The problem is that not only are governments really that stupid, but the notion that this is just something which concerns Britain and because New Labour will soon be out on its ear, it is not worth botheirng about is entirely wrong.

    This is the European version of the American Patriot Acts and it ill be unrolled across Europe, after which, the governments of the rest of the world will not be able to sleep until they have their own version.

    This is nothing to do with protection from criminals or terrorists, but all about controlling and hobbling the people by the state, which will then sell the data to anyone who wants to buy it.

    Whatever has not been stolen and lost, that is, and found its way into the hands of criminals, terrorists, paedophiles and general snoopers.

    Through lethargy, apathy, inertia and the foolhardy notion that no free and democratic country would seek to impose the repressions of a banana republic dictatorship, it will go through.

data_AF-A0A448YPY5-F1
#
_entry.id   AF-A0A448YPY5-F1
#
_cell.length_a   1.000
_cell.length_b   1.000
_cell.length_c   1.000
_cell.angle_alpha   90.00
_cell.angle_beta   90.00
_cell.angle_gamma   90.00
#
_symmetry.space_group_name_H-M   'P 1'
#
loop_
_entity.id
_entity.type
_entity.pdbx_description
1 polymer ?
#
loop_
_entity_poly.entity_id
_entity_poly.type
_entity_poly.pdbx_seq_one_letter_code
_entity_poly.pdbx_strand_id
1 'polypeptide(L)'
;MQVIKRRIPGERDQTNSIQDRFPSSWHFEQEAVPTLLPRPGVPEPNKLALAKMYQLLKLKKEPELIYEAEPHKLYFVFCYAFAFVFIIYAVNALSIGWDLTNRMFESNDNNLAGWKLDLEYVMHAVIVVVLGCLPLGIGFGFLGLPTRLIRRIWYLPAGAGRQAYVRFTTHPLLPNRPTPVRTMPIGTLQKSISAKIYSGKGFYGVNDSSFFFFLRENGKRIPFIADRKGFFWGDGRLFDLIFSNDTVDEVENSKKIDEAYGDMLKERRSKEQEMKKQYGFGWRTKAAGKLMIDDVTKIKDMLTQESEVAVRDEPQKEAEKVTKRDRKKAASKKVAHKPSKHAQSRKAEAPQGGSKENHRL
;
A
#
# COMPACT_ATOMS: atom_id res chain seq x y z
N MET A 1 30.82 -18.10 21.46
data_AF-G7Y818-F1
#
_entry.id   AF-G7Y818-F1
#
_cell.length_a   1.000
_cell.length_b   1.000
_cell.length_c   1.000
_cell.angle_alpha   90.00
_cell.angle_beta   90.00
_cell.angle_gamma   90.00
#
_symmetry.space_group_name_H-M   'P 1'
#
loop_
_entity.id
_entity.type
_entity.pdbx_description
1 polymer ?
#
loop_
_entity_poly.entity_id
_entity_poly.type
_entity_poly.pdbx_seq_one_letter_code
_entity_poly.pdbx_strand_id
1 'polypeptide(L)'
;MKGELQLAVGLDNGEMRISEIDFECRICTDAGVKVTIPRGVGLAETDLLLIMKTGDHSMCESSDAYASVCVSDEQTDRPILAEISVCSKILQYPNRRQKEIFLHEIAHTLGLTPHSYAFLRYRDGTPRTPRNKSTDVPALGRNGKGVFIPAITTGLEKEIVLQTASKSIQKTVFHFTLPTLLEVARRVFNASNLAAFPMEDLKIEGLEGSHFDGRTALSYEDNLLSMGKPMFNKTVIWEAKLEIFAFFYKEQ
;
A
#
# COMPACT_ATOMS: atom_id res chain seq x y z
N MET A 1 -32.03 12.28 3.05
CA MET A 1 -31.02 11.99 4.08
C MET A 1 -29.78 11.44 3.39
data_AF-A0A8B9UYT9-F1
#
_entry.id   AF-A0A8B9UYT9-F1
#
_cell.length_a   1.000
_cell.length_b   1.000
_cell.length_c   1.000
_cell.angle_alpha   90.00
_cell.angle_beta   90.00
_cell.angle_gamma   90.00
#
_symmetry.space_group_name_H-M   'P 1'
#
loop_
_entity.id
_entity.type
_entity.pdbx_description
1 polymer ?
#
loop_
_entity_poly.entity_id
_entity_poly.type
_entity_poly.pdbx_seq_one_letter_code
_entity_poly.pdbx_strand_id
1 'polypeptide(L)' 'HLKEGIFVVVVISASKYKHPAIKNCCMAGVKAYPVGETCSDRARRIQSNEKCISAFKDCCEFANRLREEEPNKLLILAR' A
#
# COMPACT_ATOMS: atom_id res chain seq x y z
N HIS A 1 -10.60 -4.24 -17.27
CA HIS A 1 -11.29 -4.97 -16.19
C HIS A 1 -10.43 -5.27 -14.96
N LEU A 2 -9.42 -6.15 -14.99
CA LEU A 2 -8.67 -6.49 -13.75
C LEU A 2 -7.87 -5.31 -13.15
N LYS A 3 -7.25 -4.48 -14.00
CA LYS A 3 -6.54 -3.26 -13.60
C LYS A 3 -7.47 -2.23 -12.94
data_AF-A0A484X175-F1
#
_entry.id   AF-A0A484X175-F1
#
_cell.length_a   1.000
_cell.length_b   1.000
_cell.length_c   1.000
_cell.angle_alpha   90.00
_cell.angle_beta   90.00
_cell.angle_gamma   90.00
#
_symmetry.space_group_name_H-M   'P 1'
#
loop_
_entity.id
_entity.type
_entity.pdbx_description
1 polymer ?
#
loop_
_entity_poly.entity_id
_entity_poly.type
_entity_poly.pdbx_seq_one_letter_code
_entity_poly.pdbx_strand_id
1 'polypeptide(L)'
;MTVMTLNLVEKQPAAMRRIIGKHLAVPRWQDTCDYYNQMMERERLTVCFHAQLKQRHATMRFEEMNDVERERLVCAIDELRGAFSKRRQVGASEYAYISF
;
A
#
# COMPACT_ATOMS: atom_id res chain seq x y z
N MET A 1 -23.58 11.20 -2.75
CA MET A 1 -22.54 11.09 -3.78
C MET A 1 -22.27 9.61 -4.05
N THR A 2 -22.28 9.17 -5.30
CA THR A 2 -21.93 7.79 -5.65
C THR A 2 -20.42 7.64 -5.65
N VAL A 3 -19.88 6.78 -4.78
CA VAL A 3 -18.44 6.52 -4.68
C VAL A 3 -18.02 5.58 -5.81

Then we will all wake up and wonder why we were stupid enough to hand over our freedoms to the state on a plate and start begging for them back.

    The problem is, the state will not do our bidding because they will finally have the complete and utter whip hand over our entire lives and we will simply be massed slaves begging for whatever mercies the state decides to scatter for us.

    Welcome to Brave New World.

    Welcome to Nineteen Eighty-Four.

    Welcome to the Internet Wars we lost because we could not be bothered to fight.

    Welcome to the end of freedom.

  2. I heard on the news this evening that the Queen’s Speech is to be rewritten and the Communications Data Bill is to be dropped from it. Haven’t seen any news reports on this yet …